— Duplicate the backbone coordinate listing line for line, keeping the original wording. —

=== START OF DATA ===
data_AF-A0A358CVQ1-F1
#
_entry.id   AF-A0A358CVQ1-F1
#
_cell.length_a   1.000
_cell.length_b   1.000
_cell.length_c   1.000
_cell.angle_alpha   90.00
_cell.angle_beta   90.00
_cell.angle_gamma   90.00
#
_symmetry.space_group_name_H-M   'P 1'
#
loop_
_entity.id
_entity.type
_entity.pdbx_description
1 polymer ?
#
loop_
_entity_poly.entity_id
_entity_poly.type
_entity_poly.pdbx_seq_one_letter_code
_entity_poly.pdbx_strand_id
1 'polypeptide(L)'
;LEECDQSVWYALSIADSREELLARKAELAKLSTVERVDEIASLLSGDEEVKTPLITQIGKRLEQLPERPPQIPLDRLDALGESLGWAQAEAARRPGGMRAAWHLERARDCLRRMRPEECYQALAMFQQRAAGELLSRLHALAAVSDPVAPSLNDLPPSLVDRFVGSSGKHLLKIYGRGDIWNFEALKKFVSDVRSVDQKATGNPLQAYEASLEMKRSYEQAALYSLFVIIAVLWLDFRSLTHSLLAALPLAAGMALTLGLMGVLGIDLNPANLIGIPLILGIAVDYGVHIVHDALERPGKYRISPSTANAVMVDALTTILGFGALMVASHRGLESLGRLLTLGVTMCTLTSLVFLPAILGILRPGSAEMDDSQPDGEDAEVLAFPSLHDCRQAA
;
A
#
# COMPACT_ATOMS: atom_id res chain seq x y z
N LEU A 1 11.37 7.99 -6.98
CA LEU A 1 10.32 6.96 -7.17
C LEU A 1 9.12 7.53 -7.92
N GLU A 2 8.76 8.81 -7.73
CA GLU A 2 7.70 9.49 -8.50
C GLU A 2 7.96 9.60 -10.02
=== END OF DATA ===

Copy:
data_AF-A0A358CVQ1-F1
#
_entry.id   AF-A0A358CVQ1-F1
#
_cell.length_a   1.000
_cell.length_b   1.000
_cell.length_c   1.000
_cell.angle_alpha   90.00
_cell.angle_beta   90.00
_cell.angle_gamma   90.00
#
_symmetry.space_group_name_H-M   'P 1'
#
loop_
_entity.id
_entity.type
_entity.pdbx_description
1 polymer ?
#
loop_
_entity_poly.entity_id
_entity_poly.type
_entity_poly.pdbx_seq_one_letter_code
_entity_poly.pdbx_strand_id
1 'polypeptide(L)'
;LEECDQSVWYALSIADSREELLARKAELAKLSTVERVDEIASLLSGDEEVKTPLITQIGKRLEQLPERPPQIPLDRLDALGESLGWAQAEAARRPGGMRAAWHLERARDCLRRMRPEECYQALAMFQQRAAGELLSRLHALAAVSDPVAPSLNDLPPSLVDRFVGSSGKHLLKIYGRGDIWNFEALKKFVSDVRSVDQKATGNPLQAYEASLEMKRSYEQAALYSLFVIIAVLWLDFRSLTHSLLAALPLAAGMALTLGLMGVLGIDLNPANLIGIPLILGIAVDYGVHIVHDALERPGKYRISPSTANAVMVDALTTILGFGALMVASHRGLESLGRLLTLGVTMCTLTSLVFLPAILGILRPGSAEMDDSQPDGEDAEVLAFPSLHDCRQAA
;
A
#
# COMPACT_ATOMS: atom_id res chain seq x y z
N LEU A 1 11.37 7.99 -6.98
CA LEU A 1 10.32 6.96 -7.17
C LEU A 1 9.12 7.53 -7.92
N GLU A 2 8.76 8.81 -7.73
CA GLU A 2 7.70 9.49 -8.50
C GLU A 2 7.96 9.60 -10.02